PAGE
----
We implement the T-Web Browser as a special VoiceSite.In addition to a dialog flow (authored as VoiceXML-jsp),the T-Web Browser VoiceSite uses a database to maintaina history of the current user session. It uses an additionaldatabase to store the caller bookmarks. The history consistsof the title and the phone numbers of the VoiceSites calledby the user. The bookmarks contain the phone number anda name tag for each bookmarked VoiceSite. The operationalmodel of the T-Web Browser is shown in Figure 2.We describe the working of T-Web Browser using the cir-cled steps shown in the figure.1. User calls the T-Web Browser to access a VoiceSite.2. The T-Web Browser transfers the call to the phonenumber of the VoiceSite through HSTP. When a user selects a hyperspeech link to browse tothe other VoiceSite, the session is transferred to thetarget VoiceSite and HSTP passes the call transfer in-formation to the T-Web Browser.4. This information is stored in the Browser history.5. The user issues a Browser command, e.g. go-back.6. The T-Web Browser instructs the HSTP layer on thecurrent VoiceSite to initiate a transfer to the earlierVoiceSite phone number.7. At anytime, the user can say bookmark to bookmarkthe currently browsed VoiceSite.The HSTP layer implements the protocol for transfer ofuser session from one VoiceSite to another. We will have tomodify the HSTP protocol and the message format for it tosupport browsing features. An additional field will have tobe added to the HSTP message. This is the phone numberof the next VoiceSite to which the user will surf. The currentVoiceSite application context will be transmitted to the T-Web Browser in the application context field of the HSTPmessage.The above architecture requires that a user can accessthe VoiceSite and the T-Web Browser simultaneously. Thisrequires the availability of two simultaneous voice channelsfrom the user phone. This can be realised in two ways: (a)through a three-party conference call between the user, theT-Web Browser and the VoiceSite, (b) by having both thevoice channels active, and the user can put one channel onhold while talking through the other. The first approach re-quires that the VoiceSite and the T-Web Browser should beable to disambiguate the user utterance and identify whetherit is a command to the browser or an interaction with theVoiceSite. The latter approach needs a phone (and the ser-vice provider) that has the ability to provide two simultane-ously active calls. Since neither of the two requirements areunsurmountable, any of these methods can be used in theimplementation of the T-Web Browser.This architecture can support rich browsing features sim-ilar to multi-tabbed browsing on the WWW by enabling simultaneous active calls to different VoiceSites. A user canput other VoiceSites on hold while interacting with one.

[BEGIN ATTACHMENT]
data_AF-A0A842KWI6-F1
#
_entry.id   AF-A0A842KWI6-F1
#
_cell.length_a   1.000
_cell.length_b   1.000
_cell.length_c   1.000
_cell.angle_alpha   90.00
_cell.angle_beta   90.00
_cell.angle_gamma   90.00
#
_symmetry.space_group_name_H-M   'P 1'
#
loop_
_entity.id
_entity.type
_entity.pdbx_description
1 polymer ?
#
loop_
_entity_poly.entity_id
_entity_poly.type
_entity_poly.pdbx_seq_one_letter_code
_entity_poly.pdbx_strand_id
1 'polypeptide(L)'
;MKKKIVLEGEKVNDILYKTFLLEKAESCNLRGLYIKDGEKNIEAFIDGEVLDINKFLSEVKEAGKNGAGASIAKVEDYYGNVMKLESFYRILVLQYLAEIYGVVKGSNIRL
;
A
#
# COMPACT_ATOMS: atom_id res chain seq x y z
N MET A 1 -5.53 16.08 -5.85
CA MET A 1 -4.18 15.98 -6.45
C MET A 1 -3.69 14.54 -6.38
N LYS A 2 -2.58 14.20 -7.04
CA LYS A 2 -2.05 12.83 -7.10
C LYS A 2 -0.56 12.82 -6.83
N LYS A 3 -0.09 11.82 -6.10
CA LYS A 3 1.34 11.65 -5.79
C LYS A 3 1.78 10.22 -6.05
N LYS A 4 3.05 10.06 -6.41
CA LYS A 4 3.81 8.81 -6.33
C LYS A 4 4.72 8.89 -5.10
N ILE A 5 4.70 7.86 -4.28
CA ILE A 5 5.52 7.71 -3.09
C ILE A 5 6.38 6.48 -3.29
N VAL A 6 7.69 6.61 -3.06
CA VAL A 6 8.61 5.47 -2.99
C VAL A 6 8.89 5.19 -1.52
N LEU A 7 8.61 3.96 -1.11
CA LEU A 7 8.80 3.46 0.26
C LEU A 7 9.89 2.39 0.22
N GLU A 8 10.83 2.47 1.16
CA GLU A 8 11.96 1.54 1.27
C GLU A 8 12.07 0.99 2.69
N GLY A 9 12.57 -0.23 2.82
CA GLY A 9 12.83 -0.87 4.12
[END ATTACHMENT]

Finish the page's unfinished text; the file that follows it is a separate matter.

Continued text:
2.1 Implementation
We have implemented the HSTP protocol layer that willenable the call and context transfer required by the T-WebBrowser. The HSTP protocol has been implemented as aJava class library and the API can be accessed from anyVoiceXML application through a Java Bean. We are in theprocess of developing the prototype of the T-Web BrowserVoiceSite. The VoiceSite will be authored in VoiceXML-jsp.We will deploy this VoiceSite in Apache TomCat. This willbe accessed through phone calls that are intercepted by theDialogic telephony card. We use the Genesys Voice Browserto interpret VoiceXML
.3. CONCLUSION
In this paper, we briefly presented the requirement for aBrowser that can browse VoiceSites that are deployed acrossdomains. We described the concept and a high level archi-tecture of a T-Web Browser that is implemented as a Voic-eSite. We are in the process of implementing this browser,and keenly await user feedback through field studies.